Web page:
Update Your Landscape with Ornamental Grasses

Update Your Landscape with Ornamental Grasses

Pennisetum aloepcuroides

By Cinthia Milner

Gardens, like kitchens or bathrooms, need an update sometimes. One easy update? Ornamental grasses. Grasses add movement, texture, height, color and fall interest to the garden.

Ornamental grasses are referred to as warm-season grasses. They are the last perennial to show in the spring garden and one of the last to bloom. Some grasses, like pink muhly grass, have colorful blooms (looks like cotton candy), while others, like the switchgrass ‘Shenandoah’, have colorful grass blades (the blades turn purple, burgundy, pink and gold as the garden season ends). Warm season grasses bloom mid to late summer to early fall and come in every size from 6’ x 3’ to 12” x 12”. Adding them to the garden gives an immediate pick-me-up. They pretty much solve the question of what to plant for fall display.

Native grasses are prominent in retail nursery stores now as more invasive grasses are becoming less popular. The miscanthus and pampas grasses have steadily given way to Panicum virgatum (switchgrass) and Schizachyrium scoparium (The Blues grass) and others. And happily, grasses are one plant that adapts to a multitude of cultural settings in the garden while tolerating pest and disease.

Settings in which they work well include rain gardens, rock gardens and container gardens. They can work as screens and as perennial borders. Most can be planted beneath black walnut trees, which can be toxic to some plants.

If you’re considering a fall update for your landscape, think about removing older, dated shrubs that no longer respond well to pruning or create an overly heavy look in the border. Often just creating negative space in the landscape can make the garden feel fresher. When planting back, don’t use shrubbery that will require a lot of pruning to fit into your space. Read the mature sizes of any plants purchased (it should be on the plant tags) and allow room for growth. Pruning becomes a nightmare when plants are crammed into tight confines. Think about that 2’ x 2’ border between the house and sidewalk. How many holly shrubs can fit there? Unfortunately, the answer is likely none. Now, consider grasses in that same place. With a variety of heights to choose from (making sure the width is correct too), that area is transformed into a more modern feel. Factoring in that most borders are halfway under a soffit, meaning they stay dry, grasses fit the bill both culturally and size-wise. They can be used exclusively in tight, narrow areas, or in larger borders mixed with everything from boxwoods to hydrangeas. It is acceptable to do so. They can be punctuation marks in the garden, adding late-season interest and texture or they can guide the eye through the border when used as a ribbon.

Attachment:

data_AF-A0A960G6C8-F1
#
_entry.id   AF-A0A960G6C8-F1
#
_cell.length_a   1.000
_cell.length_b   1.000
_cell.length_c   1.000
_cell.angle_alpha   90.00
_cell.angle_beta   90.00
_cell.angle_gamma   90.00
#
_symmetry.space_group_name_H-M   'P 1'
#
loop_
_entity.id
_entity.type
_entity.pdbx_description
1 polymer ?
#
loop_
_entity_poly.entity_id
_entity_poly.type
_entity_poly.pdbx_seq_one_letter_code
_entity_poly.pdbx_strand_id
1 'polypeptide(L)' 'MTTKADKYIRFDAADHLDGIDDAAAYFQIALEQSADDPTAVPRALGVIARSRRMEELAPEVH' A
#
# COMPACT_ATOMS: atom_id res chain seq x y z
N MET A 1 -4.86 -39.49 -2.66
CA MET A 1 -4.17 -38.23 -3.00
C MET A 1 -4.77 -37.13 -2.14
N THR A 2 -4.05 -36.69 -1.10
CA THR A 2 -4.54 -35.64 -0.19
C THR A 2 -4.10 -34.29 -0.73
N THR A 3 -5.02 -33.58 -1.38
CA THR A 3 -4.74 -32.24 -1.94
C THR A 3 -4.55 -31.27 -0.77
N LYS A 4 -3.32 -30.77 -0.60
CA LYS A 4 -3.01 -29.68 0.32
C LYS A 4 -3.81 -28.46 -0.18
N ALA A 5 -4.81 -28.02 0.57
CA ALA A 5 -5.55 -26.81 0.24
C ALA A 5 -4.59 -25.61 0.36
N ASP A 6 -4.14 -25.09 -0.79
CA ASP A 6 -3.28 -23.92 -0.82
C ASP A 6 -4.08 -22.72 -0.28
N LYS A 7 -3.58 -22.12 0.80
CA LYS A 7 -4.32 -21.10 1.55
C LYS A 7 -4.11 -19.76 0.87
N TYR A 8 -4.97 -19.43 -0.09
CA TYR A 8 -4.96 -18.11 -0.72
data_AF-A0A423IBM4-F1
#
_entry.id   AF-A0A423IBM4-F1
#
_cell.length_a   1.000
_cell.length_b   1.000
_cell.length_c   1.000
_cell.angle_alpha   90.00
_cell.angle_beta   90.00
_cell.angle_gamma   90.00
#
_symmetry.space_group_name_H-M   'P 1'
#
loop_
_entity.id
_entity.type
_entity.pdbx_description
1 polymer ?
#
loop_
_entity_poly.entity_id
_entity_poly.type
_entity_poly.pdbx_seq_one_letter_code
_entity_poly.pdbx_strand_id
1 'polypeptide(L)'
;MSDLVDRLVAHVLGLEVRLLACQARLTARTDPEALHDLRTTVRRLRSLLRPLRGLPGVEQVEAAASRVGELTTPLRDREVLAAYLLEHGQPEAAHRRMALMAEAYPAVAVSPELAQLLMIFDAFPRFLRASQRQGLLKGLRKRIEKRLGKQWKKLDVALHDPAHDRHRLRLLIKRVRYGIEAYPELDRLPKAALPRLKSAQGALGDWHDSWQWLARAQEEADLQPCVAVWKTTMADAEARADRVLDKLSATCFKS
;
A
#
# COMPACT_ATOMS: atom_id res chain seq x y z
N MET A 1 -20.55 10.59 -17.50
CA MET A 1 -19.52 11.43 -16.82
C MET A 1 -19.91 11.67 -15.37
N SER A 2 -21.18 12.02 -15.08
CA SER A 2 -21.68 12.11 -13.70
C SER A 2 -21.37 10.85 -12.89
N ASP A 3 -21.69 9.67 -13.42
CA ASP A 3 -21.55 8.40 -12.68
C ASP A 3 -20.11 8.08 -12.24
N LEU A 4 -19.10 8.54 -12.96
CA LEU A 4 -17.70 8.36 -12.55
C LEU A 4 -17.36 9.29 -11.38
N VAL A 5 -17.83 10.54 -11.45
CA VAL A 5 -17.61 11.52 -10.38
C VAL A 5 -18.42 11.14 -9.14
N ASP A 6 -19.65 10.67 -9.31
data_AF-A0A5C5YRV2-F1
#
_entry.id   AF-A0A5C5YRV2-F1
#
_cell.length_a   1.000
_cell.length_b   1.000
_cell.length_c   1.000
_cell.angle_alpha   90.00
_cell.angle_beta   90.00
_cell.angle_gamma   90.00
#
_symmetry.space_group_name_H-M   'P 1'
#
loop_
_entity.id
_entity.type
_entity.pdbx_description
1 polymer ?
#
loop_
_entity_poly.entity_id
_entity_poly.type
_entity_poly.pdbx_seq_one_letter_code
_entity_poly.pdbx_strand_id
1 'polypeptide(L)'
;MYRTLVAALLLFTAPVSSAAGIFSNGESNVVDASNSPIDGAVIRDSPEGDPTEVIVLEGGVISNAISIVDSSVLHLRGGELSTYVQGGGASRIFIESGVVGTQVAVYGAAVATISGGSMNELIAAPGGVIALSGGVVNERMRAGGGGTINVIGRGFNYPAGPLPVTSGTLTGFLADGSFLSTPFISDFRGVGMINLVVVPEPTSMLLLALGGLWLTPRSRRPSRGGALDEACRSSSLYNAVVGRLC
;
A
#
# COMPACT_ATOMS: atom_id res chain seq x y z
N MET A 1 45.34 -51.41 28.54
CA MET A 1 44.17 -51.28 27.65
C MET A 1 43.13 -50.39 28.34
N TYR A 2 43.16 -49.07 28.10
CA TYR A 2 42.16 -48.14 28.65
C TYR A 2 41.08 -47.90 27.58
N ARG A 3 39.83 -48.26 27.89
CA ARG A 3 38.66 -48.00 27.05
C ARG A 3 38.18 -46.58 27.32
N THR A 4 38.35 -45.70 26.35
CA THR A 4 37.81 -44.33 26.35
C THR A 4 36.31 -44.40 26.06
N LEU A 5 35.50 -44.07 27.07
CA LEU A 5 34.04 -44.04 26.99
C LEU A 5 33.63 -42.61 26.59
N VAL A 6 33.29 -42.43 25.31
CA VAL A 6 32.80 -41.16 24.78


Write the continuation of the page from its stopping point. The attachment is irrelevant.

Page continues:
If a complete redo of the garden isn’t in the budget, add a few grasses around the mailbox or along a walkway. Their height and movement are eye-catching without taking up too much room. Again, stick to the native cultivars for less bulk. Nurseries carry what is blooming in the garden now, so finding native grasses is easy this time of year. For help on which ones to choose, visit local, independent garden centers where the staff can advise you. And have fun!

Grasses can be used as an anchor plant in the perennial border and easily combined with later summer perennials for a showy display. Some suggestions for companion plantings based on the height of the grasses are listed below.

Characteristics of Ornamental Grasses

  • Tolerate any soil conditions
  • Attract butterflies
  • Attract birds
  • Deer-resistant
  • Provide habitat and
  • Food for wildlife
  • Drought-tolerant
  • Help prevent erosion
  • Tolerate air pollution
  • Are appealing in sweeps and masses
  • Provide focal point
  • Add winter interest

Tall Grasses: 5-6’

  • Agastache
  • Asters
  • Anemone
  • Dahlias
  • Echinacea
  • Eupatorium
  • Gaura
  • Heliopsis
  • Hibiscus
  • Hydrangea ‘Annabelle’
  • Russian sage
  • Solidago
  • Sedum (tall)
  • Verbena bonariensis

Short Grasses: 2-4’ and under

  • Coreopsis
  • Gaillardia
  • Helenium
  • Mountain mint
  • Penstemon
  • Rudbeckia
  • Sedum (tall and groundcover)
  • Yucca

Cinthia Milner is the garden coach and blog writer for B.B. Barns Garden Center. B.B. Barns is located at 3377 Sweeten Creek Road in Arden. Garden center hours are Monday through Saturday, 9 a.m. to 6 p.m. Landscaping services are available Monday through Friday, 8 a.m. to 5 p.m. To learn more, visit

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